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74Re: [Romanshield] symbolism of Hagal/double Trident in Roman shields

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  • Erich Torn
    Jan 31, 2010
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      > I enlarged the image of the eagle side of the coin until it began
      > to degrade.  What it looks like to me is more like an ankh with
      > a single thinner line crossing at the intersection. 
      It is certainly not an ankh - see links below
      > Hard to know what it might have meant to the people to whom
      > the coin was "new". 
      Yes, this is an important question - if it meant "God" or "Eternal Time" or both - "The God-Eternal Time" then we are on a right track
      The original meaning of this pre-Christian symbol is still disputed, but the version existing is:
      quoting Frank C. Higgins "Ancient Freemasonry" (1919):
      "A still more wonderful symbol of these old cosmic speculations is found in the famous monogram X P, “chi rho,” which is the origin of the name of the modern city near which the pyramid stands – Cairo. [Corrupted by the Arabs to “El Kahiryeh”] This monogram, although placed on the labarum, or standard, of Constantine the Great, in accordance with a vision, appears on Egyptian coins of the Ptolemies and on Indian coins several hundred years B.C. It is the old Sanskrit word “Rch,” meaning “light,” and the Egyptian derivative meaning “Ch R” or Horus, the animating spirit of the earth, “Horus of the Pole” and “Horus of the Two Horizons”, so he is called".
      "Higgins’ statement that the word Chi-Rho derives from the ancient Egyptian “Ch R” for Horus, is significant and supports the belief that Jesus “the Christ” was based on the pagan Horus “the KRST” – the son and reincarnation of Osiris the ‘resurrection god’.
      ...The epithets given to Horus – “of the Pole” – “of the Two Horizons” as mentioned in the quote by Higgins, shows a connection between the shamanic/pagan ‘resurrection god’ (e.g., Osiris, Horus,) and the earth’s axis, as well as the rising and setting positions of the sun as it moves back and forth between its extreme solstice points on the horizon".
      Regarding the coins:
      The Catholic Encyclopedia reports [http://www.newadvent.org/cathen/10488a.htm] that the Greek letters XP combined in a monogram occur on pre-Christian coins (e. g. the Attic tetradrachma and some coins of the Ptolemies).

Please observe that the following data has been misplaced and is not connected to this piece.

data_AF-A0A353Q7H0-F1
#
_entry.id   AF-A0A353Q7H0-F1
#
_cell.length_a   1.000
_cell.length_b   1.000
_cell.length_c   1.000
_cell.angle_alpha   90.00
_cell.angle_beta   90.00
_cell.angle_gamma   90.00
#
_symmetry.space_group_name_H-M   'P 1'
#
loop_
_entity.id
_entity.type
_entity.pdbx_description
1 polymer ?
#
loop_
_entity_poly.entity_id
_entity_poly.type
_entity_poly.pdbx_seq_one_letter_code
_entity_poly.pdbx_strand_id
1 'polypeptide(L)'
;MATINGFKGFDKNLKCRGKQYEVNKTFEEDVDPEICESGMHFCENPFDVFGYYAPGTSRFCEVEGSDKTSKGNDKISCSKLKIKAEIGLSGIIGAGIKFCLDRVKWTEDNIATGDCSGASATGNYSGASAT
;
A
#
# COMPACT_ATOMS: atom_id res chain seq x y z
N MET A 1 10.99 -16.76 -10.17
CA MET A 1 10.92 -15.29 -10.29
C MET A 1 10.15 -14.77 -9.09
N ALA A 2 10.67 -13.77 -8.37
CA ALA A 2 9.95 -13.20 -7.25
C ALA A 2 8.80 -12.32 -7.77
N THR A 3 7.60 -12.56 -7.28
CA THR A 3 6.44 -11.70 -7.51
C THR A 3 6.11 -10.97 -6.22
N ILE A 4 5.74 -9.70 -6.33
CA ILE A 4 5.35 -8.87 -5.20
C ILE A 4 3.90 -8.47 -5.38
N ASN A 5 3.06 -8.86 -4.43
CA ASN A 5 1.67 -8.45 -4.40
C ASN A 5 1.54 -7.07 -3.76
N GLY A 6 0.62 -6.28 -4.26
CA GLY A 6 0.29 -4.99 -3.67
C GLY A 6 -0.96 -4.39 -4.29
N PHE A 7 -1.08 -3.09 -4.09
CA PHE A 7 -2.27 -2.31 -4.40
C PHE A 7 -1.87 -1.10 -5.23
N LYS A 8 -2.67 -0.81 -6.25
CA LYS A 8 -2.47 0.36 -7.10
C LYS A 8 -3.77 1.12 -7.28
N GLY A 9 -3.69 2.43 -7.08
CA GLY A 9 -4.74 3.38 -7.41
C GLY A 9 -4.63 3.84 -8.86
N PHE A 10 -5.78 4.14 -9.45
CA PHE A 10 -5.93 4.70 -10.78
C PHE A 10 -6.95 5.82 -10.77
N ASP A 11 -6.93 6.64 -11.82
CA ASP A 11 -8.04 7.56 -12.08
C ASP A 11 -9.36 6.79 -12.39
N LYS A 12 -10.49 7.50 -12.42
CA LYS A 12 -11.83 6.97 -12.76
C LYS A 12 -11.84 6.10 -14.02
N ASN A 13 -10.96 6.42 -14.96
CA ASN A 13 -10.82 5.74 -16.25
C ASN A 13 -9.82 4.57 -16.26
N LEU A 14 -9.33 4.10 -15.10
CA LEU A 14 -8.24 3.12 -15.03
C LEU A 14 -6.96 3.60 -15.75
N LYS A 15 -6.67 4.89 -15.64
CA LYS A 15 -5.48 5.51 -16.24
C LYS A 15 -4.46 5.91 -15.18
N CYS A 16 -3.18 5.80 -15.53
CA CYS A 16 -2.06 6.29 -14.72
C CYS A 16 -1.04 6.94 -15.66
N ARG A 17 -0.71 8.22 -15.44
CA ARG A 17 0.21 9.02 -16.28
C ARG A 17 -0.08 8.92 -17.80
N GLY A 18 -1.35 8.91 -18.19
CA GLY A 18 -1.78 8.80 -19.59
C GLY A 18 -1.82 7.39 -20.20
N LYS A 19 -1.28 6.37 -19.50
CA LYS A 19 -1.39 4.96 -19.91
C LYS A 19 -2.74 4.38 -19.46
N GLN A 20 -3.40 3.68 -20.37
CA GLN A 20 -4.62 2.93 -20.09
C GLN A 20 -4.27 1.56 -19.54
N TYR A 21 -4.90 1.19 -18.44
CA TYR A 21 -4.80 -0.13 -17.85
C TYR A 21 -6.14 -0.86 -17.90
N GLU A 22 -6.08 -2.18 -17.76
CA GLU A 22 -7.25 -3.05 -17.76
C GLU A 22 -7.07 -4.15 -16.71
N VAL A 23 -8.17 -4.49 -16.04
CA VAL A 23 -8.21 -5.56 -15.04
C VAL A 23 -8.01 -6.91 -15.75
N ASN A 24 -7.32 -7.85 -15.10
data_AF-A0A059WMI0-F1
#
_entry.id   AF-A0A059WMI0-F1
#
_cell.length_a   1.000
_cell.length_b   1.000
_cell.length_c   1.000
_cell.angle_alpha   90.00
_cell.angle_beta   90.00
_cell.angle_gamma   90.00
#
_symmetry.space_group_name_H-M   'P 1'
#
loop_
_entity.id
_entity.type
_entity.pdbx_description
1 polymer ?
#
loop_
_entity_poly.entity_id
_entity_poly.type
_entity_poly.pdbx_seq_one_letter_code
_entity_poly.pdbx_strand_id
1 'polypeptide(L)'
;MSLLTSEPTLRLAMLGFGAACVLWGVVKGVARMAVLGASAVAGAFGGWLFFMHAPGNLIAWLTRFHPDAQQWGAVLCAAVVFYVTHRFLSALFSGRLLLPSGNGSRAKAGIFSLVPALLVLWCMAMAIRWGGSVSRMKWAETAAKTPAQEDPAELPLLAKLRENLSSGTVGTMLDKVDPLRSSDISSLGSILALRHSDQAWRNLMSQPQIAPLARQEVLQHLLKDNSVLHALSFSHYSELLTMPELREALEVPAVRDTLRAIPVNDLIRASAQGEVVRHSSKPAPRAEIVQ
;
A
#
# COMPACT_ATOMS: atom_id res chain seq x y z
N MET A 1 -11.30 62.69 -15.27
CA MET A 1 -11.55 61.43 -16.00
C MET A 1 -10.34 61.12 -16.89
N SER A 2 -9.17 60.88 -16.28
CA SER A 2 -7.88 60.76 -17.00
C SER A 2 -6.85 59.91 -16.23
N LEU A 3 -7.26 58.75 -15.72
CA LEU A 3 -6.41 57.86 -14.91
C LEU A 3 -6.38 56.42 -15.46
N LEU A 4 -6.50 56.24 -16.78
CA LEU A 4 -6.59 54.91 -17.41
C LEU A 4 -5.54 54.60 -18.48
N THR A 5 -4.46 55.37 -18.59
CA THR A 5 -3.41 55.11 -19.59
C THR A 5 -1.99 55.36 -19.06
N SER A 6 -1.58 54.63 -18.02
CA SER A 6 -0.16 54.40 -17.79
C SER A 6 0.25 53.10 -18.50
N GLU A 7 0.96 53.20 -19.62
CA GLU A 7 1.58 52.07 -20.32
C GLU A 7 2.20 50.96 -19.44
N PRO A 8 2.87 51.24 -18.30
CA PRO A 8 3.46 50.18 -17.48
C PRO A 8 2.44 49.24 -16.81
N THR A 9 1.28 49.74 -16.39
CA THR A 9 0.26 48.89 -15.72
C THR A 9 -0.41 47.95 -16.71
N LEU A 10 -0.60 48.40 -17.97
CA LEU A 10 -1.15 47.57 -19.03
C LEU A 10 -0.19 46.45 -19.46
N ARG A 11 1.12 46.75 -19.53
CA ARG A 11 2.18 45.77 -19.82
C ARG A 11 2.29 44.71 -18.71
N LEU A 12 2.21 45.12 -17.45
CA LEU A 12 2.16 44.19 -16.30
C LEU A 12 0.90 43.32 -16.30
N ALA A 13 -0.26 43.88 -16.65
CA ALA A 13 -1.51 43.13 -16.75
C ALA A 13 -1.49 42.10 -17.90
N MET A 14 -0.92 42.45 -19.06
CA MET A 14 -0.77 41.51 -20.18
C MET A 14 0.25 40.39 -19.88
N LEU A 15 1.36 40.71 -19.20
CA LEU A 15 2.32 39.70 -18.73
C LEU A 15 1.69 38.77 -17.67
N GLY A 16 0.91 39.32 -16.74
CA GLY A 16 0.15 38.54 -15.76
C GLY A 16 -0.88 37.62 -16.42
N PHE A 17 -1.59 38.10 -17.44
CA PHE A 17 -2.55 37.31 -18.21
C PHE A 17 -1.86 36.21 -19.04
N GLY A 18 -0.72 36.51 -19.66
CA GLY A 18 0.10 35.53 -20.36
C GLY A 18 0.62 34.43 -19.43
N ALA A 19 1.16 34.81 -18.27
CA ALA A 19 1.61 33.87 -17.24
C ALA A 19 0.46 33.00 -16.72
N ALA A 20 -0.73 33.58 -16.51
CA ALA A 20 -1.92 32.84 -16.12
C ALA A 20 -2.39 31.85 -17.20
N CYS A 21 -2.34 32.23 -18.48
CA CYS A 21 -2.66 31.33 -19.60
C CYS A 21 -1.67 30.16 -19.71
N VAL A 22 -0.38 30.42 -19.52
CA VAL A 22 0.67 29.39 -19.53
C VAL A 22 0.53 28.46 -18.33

These examples are:
      all Ptolemy III coins listed here -- http://www.megagem.com/ancient/ptolemy_chirho.html
      Ptolemy III coins no. AE 23.1, AE Hemidrachm, Svoronos 964.1-8, Svoronos 964, Svoronos 965.1-4, Svoronos 965, Sear #7817 listed here -- http://www.wildwinds.com/coins/greece/egypt/ptolemy_III/t.html
      You may find the resolution better on some of these images
      > I can say with reasonable certainty that the Late Roman/early
      > Church people used Chi-Rho to represent Christ
      Most probably yes - they took the symbol of God which existed before which fitted very well with their belief of God (J.C. or X P) and simply used it afterwards implying their meaning of J.C. as savior
      Now the original meaning and origin of this symbol is lost among Christians
      However those who first decided to incorporate it into a new emerging religion most probably were very well aware of its original meaning - can't prove that, of course
      Regarding late Romans - if [majority of] legionaries were Christianized by the time they started to use Chi-Ro on their shields so they also might have not been aware of its origin
      > Holding your first two fingers slightly separated and vertically, does
      > that mean "V" as Churchill meant, V for Victory, or as the deaf hand
      > spelling means just the letter V, or does it mean "peace" as the hippies
      > in the 60s used it, or both? ...generally speaking, it can mean any of
      > those things, depending on context today.
      The example with letter "V" is not exactly appropriate since it is not religious/occult/esoteric symbol and hence does not have such significance
      Context defines the meaning - yes, but occult/esoteric symbols are much more stable and long-lasting; less dependent on context (if disregarding profanation, or out-of-usual (esoteric) -contexts usage)

      Vindex est Venturus!
      ToDR 115 yf, ONA
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